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Our communities of faith need to giggle more

Posted: Sunday, February 22, 2009

I used to watch South Park. For those who are unaware, South Park is an adult cartoon that may be terribly offensive to some, actually many. The show revolves around a group of children dealing with sexuality, immigration, gambling, faith, school and every other controversial issue the writers can think of. I will admit that there were times that things went too far for me and I turned it off, but most of the time I laughed hard and walked away thinking a little more honestly and deeply about life.

I would probably still watch South Park, but in our recent move from the Upper Peninsula of Michigan we decided to leave TVs behind. I don't necessarily recommend the program for anyone and I definitely discourage children from watching it, but I think the church would benefit from an infusion of South Park mentality. What makes South Park so powerful is that it can deal with the big issues of our time with humor and critical honesty. When an episode ends, I feel revealed for my complicity in the problems of our day but I'm laughing so I don't feel quite so defensive.

That is some of what should happen in our communities of faith. As Lutherans, we get all excited about an idea called "Law and Gospel." Every worship should be an experience of "law" where we can look at ourselves honestly and see our brokenness for what it is. We all think we're pretty nice folks, but sometimes we need to step back and realize that we are pretty nice folks who feel pretty free about trashing our neighbor, ignoring the needs of others, despising this or that group.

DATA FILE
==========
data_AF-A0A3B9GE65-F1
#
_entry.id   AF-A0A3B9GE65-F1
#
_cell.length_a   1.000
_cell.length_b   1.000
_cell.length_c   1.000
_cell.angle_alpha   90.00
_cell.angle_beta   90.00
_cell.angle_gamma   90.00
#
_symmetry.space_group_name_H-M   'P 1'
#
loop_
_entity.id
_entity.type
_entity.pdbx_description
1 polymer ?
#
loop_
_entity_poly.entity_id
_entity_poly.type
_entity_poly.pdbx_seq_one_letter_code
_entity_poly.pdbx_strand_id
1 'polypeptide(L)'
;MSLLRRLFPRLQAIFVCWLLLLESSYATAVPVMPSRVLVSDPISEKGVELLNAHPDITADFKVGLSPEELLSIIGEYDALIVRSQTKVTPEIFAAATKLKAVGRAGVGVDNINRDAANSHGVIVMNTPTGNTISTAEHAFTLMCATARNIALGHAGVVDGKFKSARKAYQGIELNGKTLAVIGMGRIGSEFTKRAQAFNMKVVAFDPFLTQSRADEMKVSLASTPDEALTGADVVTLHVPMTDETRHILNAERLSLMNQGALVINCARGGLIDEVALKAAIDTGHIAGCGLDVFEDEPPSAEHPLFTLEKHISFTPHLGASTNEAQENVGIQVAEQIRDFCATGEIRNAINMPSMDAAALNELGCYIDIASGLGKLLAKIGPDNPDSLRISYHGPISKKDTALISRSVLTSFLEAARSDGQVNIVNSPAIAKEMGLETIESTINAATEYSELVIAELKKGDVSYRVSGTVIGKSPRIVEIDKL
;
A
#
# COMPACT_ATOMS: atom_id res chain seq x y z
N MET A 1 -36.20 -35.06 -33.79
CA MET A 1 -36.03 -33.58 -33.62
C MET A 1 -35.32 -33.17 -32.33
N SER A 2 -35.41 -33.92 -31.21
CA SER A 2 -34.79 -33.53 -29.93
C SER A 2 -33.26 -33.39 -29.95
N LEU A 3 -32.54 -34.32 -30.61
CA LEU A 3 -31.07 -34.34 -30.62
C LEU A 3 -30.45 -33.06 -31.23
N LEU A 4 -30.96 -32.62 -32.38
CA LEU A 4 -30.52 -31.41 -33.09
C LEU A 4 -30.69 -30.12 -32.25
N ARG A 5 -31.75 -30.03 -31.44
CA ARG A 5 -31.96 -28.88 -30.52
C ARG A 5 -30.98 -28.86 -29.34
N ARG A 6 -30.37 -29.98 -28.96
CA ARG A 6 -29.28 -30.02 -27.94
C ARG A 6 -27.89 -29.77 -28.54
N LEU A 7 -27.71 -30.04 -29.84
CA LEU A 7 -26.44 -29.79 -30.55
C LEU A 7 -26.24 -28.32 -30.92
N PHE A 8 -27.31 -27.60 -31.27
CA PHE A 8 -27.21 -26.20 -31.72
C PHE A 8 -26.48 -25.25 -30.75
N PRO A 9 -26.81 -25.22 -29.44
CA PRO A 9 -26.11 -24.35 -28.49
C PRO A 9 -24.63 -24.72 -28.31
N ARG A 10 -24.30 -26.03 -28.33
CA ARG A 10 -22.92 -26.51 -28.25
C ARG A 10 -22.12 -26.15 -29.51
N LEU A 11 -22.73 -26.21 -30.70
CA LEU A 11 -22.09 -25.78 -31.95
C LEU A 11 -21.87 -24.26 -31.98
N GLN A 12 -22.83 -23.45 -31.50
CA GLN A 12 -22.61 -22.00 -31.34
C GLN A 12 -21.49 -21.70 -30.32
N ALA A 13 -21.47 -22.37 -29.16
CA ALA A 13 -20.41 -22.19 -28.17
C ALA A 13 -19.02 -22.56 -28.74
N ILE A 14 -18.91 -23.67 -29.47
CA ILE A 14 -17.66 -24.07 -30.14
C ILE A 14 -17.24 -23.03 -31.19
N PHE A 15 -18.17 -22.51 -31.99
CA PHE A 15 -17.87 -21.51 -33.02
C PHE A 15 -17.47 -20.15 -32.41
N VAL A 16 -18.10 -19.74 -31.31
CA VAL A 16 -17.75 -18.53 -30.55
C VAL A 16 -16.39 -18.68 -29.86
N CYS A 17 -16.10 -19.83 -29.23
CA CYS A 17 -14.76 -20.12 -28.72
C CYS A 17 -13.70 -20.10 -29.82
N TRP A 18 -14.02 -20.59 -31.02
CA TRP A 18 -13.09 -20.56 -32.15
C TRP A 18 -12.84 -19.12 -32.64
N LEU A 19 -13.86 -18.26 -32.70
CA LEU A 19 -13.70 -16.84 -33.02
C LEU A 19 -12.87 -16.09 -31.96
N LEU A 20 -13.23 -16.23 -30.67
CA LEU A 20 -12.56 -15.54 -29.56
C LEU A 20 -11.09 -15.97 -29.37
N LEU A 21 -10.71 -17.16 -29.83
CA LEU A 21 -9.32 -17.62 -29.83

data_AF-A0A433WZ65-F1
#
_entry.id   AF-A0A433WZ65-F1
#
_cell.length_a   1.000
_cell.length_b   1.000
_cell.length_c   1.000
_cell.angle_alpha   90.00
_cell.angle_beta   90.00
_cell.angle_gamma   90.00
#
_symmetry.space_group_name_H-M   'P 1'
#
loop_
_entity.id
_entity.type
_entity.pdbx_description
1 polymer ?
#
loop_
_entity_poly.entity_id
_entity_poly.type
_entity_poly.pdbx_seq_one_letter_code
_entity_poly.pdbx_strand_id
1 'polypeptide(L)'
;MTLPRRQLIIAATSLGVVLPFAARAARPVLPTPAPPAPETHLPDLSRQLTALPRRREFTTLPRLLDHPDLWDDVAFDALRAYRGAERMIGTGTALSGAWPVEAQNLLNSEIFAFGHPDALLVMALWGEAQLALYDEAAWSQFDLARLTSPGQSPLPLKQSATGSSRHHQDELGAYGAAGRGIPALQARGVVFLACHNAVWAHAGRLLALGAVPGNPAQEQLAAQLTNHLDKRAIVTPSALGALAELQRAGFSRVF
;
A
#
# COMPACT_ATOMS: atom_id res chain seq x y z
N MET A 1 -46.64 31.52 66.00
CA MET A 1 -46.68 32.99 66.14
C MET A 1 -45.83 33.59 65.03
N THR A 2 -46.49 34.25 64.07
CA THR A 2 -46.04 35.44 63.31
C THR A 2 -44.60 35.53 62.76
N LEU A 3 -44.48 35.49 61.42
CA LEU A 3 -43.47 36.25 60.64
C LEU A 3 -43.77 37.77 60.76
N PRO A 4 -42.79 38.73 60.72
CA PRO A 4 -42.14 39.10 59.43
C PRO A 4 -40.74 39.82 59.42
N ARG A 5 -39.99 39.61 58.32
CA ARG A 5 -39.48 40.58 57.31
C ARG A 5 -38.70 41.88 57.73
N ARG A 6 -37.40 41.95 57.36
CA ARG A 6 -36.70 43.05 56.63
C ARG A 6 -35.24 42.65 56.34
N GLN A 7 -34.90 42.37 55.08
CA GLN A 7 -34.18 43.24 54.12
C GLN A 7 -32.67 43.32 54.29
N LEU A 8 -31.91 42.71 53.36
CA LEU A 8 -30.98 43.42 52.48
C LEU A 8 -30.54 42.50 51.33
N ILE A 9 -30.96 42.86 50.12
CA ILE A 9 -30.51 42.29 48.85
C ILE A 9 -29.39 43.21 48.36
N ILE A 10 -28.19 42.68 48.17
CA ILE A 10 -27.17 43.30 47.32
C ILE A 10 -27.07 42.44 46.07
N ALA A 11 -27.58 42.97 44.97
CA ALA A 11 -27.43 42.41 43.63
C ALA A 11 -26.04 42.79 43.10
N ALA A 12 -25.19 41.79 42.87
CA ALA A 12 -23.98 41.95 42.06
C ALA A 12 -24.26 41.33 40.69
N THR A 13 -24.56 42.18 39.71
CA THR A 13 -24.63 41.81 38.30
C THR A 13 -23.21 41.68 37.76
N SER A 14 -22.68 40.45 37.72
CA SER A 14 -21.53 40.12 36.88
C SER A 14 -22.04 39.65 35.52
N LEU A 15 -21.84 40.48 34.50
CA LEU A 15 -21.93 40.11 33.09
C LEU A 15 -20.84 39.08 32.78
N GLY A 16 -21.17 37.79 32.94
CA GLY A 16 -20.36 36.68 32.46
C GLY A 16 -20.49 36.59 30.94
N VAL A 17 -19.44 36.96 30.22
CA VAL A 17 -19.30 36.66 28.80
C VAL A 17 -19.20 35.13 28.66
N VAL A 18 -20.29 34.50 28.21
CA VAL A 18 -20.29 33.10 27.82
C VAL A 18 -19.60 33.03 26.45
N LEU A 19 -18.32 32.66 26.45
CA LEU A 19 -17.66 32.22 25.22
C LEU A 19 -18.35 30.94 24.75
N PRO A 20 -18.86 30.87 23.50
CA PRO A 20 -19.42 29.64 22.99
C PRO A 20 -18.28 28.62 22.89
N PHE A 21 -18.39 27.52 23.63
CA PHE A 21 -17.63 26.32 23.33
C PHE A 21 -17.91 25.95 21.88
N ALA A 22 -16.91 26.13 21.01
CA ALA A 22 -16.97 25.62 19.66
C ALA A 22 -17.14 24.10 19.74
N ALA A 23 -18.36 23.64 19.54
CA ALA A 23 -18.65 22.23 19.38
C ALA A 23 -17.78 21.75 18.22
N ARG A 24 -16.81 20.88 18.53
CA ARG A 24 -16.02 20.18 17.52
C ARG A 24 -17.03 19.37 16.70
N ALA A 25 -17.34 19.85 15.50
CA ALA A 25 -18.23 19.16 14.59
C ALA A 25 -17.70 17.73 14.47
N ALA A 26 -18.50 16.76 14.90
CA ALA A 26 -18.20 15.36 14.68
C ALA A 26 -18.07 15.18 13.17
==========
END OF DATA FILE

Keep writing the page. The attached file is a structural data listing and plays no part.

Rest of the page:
We are pretty nice folks who struggle with our finances, our relationships, our selves. A community of faith should be a place where people don't appear to be perfect with silicone smiles; they should be a mess. Church is a place where people may be open and truthful about their struggles and sorrows without all the defensiveness. Church is a space where people are free to take responsibility for their own regrets and mistakes without blame or making excuses. If afternoon talk shows teach us nothing else it is that we need sacred spaces for people to deal with the brokenness of their lives.

Every worship also should be an experience of "Gospel." This is the holy laughter and joy that comes from knowing you are loved desperately and deeply. Gospel means good news and it is the freeing and joy-filled news that you are claimed and loved by God. People live differently when they know they are loved. They can relax and enjoy life.

Our communities of faith need to giggle more. We need play and humor to be a regular diet of faith. The great gift of humor and play is that we let our defenses down; we become vulnerable to a love that transforms us. The great gift of the gospel is that it opens us up to listen to the law, to actually hear and think about our complicity in the brokenness of our lives and the world.

One of my favorite South Park episodes is the one where Cartman thinks he is dead and his soul is trapped on earth until he sets all his relationships right. He spends the whole episode trying to reconcile his relationships and it is absolutely beautiful until he realizes that he's not dead and goes back to being nasty, mean and cruel. It's a better sermon than I could ever preach on forgiveness, death, and the power of sin.

We need a little South Park. Our communities of faith should be places where brokenness and good news collide. Too often we try to make them into sanctuaries for people who would like to judge the rest of the world while their own lives are a mess. May we have the grace to know that we are loved and the humor to look deeply into our brokenness and realize our need for grace that makes us know that we are loved so we may look deeply into our brokenness and ... see you on Sunday.

• Tari Stage-Harvey is pastor of Shepherd of the Valley Lutheran Church and a member of the Evangelical Lutheran Church in America.



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